• Wrong: Social media is not a good tool for acquiring new customers. • More than half of consumers are ‘liking’ brands on Facebook because they are already customers. Only 1 out of 6 ‘like’ a brand because they might buy from the company one day. (Adobe, 2013) • A research study of UK consumers concludes that “the followers / likers of companies are most likely to be current customers (33%) whose primary motivation is a desire to get something in return (34%).” (YouGov, 2013) • In 2013, digital consultancy L2 investigated 250 prestige-brands and found that over 4 years less than 0,25% of new customers came from Facebook and 0,01% from Twitter. In comparison, 10% came from paid search and 7% from email marketing. (L2, 2013) • As if that’s not enough: L2’s investigation also showed that customers acquired via social channels had lower lifetime value than customers acquired via e.g. paid search.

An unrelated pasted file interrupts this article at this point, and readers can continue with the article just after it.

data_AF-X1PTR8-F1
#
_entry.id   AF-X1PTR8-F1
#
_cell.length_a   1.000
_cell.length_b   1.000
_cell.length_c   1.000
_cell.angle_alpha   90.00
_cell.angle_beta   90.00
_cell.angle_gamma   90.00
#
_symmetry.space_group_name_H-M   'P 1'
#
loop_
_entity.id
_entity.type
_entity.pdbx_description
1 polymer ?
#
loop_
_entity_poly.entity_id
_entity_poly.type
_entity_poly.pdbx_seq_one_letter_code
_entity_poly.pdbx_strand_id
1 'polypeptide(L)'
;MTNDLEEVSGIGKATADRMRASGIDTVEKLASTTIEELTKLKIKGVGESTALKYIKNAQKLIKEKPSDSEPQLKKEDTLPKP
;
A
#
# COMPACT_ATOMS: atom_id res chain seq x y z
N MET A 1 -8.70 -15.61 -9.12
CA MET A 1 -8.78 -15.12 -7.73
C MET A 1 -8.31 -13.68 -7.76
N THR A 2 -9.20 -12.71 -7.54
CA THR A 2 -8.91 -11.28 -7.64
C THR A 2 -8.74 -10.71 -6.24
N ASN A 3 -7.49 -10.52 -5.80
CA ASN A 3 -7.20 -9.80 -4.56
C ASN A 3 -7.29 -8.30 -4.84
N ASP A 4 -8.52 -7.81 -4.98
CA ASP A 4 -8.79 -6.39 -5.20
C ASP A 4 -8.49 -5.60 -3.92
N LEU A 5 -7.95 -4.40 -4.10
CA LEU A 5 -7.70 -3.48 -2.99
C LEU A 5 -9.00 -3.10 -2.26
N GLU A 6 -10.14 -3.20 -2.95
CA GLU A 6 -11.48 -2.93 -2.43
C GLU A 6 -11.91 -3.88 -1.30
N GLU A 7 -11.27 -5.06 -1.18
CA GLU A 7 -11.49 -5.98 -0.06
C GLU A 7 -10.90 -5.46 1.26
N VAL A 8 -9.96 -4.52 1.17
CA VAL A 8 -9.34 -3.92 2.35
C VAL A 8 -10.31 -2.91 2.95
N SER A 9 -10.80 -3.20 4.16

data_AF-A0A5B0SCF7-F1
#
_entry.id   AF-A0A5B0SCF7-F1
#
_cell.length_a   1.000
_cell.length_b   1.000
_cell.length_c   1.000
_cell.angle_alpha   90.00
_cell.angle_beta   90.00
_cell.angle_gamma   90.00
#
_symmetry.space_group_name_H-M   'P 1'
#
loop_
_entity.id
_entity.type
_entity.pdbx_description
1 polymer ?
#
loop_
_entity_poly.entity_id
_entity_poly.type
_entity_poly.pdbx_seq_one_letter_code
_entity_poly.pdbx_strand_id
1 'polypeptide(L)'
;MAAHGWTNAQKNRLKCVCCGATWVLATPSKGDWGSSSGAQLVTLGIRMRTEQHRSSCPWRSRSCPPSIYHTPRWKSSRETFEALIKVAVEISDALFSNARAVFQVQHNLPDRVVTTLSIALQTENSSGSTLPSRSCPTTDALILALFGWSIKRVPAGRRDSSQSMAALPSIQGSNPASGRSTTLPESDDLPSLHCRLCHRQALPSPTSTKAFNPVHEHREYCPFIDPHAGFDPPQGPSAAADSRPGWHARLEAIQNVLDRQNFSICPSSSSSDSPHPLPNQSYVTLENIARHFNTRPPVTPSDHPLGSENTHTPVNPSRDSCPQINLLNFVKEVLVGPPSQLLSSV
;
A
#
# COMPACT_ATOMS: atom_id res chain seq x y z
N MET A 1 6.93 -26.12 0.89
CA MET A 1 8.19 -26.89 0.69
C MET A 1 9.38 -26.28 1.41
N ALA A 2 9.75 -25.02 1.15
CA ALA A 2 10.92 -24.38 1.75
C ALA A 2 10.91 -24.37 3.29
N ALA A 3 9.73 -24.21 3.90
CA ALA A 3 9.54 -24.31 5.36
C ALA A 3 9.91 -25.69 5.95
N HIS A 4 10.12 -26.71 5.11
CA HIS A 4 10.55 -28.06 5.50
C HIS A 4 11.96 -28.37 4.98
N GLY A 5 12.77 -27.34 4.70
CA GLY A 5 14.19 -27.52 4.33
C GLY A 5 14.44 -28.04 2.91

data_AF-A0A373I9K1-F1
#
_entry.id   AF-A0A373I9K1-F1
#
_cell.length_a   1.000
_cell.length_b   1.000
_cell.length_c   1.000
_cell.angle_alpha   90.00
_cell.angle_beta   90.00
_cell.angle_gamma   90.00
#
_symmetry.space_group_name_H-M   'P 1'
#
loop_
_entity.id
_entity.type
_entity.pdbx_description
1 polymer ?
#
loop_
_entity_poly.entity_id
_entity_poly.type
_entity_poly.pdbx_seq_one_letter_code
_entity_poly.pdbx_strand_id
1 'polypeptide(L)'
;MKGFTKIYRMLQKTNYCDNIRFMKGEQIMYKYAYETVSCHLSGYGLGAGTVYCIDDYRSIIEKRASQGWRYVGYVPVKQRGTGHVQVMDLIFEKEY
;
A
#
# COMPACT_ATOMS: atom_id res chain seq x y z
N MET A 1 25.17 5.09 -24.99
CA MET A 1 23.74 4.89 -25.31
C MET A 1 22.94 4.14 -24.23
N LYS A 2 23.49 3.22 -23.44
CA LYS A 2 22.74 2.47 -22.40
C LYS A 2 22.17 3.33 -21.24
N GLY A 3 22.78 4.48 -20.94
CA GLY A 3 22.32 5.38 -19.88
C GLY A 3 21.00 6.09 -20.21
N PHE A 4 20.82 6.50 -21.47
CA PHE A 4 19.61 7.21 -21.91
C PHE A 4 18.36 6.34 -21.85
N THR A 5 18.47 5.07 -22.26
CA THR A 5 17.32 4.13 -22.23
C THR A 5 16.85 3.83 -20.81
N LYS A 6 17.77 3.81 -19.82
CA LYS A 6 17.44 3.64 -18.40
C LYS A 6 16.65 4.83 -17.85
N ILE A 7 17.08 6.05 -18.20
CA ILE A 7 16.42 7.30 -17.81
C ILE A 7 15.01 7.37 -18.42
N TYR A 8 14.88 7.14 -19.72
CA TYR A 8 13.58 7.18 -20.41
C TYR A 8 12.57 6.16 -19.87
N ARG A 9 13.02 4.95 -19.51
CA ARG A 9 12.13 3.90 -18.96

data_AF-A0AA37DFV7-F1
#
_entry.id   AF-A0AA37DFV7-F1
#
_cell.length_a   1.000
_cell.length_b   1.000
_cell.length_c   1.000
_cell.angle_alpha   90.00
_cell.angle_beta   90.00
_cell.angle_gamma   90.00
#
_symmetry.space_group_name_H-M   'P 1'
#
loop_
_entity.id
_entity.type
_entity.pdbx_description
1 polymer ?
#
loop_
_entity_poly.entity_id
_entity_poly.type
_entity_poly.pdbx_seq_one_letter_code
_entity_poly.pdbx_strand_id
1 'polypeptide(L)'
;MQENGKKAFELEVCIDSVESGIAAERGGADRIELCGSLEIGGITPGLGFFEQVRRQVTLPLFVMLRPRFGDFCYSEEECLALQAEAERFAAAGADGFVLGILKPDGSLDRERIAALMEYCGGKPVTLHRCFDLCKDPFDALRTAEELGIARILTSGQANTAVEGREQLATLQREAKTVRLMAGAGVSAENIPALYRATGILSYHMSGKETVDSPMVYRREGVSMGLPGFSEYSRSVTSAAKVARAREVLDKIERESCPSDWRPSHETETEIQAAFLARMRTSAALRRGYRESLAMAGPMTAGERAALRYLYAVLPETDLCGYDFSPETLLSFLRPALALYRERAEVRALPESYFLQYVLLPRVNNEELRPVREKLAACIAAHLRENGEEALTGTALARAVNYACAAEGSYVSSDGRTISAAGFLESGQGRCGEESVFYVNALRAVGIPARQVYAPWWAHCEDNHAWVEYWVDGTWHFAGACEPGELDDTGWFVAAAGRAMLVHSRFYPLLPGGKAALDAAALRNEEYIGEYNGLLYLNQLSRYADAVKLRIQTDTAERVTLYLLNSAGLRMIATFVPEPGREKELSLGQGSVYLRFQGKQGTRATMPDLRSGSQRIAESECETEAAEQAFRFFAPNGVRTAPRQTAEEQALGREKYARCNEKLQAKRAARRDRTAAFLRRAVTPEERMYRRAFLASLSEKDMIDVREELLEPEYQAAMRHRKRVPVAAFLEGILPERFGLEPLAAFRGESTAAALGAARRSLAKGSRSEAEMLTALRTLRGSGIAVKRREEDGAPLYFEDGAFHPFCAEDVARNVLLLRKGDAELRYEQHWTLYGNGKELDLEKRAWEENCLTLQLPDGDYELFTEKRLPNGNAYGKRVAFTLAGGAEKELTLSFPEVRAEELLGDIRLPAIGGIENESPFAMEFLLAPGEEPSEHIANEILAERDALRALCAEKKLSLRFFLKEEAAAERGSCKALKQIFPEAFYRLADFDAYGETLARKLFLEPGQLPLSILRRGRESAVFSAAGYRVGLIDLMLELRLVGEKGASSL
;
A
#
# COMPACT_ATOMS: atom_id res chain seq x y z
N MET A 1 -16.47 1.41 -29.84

• MYTH #4 MANY FANS AND FOLLOWERS IS GOOD
  • Wrong: There’s no connection between fan count and bottom line. • In a study from 2012 of the 40 US companies on the stock exchange who have most Facebook fans and are tracked by American Customer Satisfaction Index (ACSI) there’s a negative correlation (-0,3) between number of Facebook fans and CSAT. And no correlation (-0,1) between Facebook fans and stock price. (Augie Ray, 2012) • The same is true for the top 50 US brands on Twitter. Their average score is below the median score in the NASDAQ index. (Augie Ray, 2014) • Some specific examples: The sales numbers for Lady Gaga’s ARTPOP album were hugely disappointing even though she promoted it heavily on Twitter where she has the 4th largest profile; BlackBerry has hit the bottom financially even though it’s one of the most popular brands on Twitter; and Dippin' Dots went bankrupt just a few days after they reached their 5 million Facebook fans milestone.
  • MYTH #5 SOCIAL MEDIA CAN BOOST ONLINE SALES